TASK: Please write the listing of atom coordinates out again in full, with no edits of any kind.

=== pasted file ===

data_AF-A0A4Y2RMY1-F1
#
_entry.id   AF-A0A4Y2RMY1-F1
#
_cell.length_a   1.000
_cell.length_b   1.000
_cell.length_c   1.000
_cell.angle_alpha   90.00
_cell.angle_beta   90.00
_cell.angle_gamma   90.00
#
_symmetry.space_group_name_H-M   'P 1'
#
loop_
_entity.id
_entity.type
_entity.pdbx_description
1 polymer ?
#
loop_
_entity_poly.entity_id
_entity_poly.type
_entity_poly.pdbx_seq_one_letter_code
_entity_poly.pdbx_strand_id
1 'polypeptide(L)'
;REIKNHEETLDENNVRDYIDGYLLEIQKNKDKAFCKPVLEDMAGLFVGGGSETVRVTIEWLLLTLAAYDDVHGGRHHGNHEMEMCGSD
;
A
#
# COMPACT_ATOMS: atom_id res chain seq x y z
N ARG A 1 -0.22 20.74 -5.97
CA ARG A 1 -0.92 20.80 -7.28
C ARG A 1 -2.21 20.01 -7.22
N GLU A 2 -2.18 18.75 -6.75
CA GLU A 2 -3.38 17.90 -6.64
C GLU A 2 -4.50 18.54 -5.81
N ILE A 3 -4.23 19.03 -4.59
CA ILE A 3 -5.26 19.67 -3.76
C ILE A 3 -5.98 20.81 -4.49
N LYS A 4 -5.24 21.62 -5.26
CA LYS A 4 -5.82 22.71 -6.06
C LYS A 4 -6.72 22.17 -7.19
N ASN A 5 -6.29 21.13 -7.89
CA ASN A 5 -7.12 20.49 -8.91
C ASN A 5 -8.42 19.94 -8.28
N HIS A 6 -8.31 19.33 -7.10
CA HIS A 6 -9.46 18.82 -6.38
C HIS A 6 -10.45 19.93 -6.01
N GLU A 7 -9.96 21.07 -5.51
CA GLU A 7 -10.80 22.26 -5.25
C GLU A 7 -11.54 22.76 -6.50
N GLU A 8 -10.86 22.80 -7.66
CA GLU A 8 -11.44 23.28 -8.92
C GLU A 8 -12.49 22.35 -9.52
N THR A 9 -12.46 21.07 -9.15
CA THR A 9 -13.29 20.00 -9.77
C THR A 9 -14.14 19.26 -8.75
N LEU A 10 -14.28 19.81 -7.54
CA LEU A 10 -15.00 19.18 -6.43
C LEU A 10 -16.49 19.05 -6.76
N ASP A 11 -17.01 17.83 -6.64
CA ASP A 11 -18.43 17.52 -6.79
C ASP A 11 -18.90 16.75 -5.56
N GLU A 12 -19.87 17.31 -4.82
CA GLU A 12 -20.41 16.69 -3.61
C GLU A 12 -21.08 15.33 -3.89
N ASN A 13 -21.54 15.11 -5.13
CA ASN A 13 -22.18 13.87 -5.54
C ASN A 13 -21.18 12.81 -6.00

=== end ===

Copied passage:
data_AF-A0A4Y2RMY1-F1
#
_entry.id   AF-A0A4Y2RMY1-F1
#
_cell.length_a   1.000
_cell.length_b   1.000
_cell.length_c   1.000
_cell.angle_alpha   90.00
_cell.angle_beta   90.00
_cell.angle_gamma   90.00
#
_symmetry.space_group_name_H-M   'P 1'
#
loop_
_entity.id
_entity.type
_entity.pdbx_description
1 polymer ?
#
loop_
_entity_poly.entity_id
_entity_poly.type
_entity_poly.pdbx_seq_one_letter_code
_entity_poly.pdbx_strand_id
1 'polypeptide(L)'
;REIKNHEETLDENNVRDYIDGYLLEIQKNKDKAFCKPVLEDMAGLFVGGGSETVRVTIEWLLLTLAAYDDVHGGRHHGNHEMEMCGSD
;
A
#
# COMPACT_ATOMS: atom_id res chain seq x y z
N ARG A 1 -0.22 20.74 -5.97
CA ARG A 1 -0.92 20.80 -7.28
C ARG A 1 -2.21 20.01 -7.22
N GLU A 2 -2.18 18.75 -6.75
CA GLU A 2 -3.38 17.90 -6.64
C GLU A 2 -4.50 18.54 -5.81
N ILE A 3 -4.23 19.03 -4.59
CA ILE A 3 -5.26 19.67 -3.76
C ILE A 3 -5.98 20.81 -4.49
N LYS A 4 -5.24 21.62 -5.26
CA LYS A 4 -5.82 22.71 -6.06
C LYS A 4 -6.72 22.17 -7.19
N ASN A 5 -6.29 21.13 -7.89
CA ASN A 5 -7.12 20.49 -8.91
C ASN A 5 -8.42 19.94 -8.28
N HIS A 6 -8.31 19.33 -7.10
CA HIS A 6 -9.46 18.82 -6.38
C HIS A 6 -10.45 19.93 -6.01
N GLU A 7 -9.96 21.07 -5.51
CA GLU A 7 -10.80 22.26 -5.25
C GLU A 7 -11.54 22.76 -6.50
N GLU A 8 -10.86 22.80 -7.66
CA GLU A 8 -11.44 23.28 -8.92
C GLU A 8 -12.49 22.35 -9.52
N THR A 9 -12.46 21.07 -9.15
CA THR A 9 -13.29 20.00 -9.77
C THR A 9 -14.14 19.26 -8.75
N LEU A 10 -14.28 19.81 -7.54
CA LEU A 10 -15.00 19.18 -6.43
C LEU A 10 -16.49 19.05 -6.76
N ASP A 11 -17.01 17.83 -6.64
CA ASP A 11 -18.43 17.52 -6.79
C ASP A 11 -18.90 16.75 -5.56
N GLU A 12 -19.87 17.31 -4.82
CA GLU A 12 -20.41 16.69 -3.61
C GLU A 12 -21.08 15.33 -3.89
N ASN A 13 -21.54 15.11 -5.13
CA ASN A 13 -22.18 13.87 -5.54
C ASN A 13 -21.18 12.81 -6.00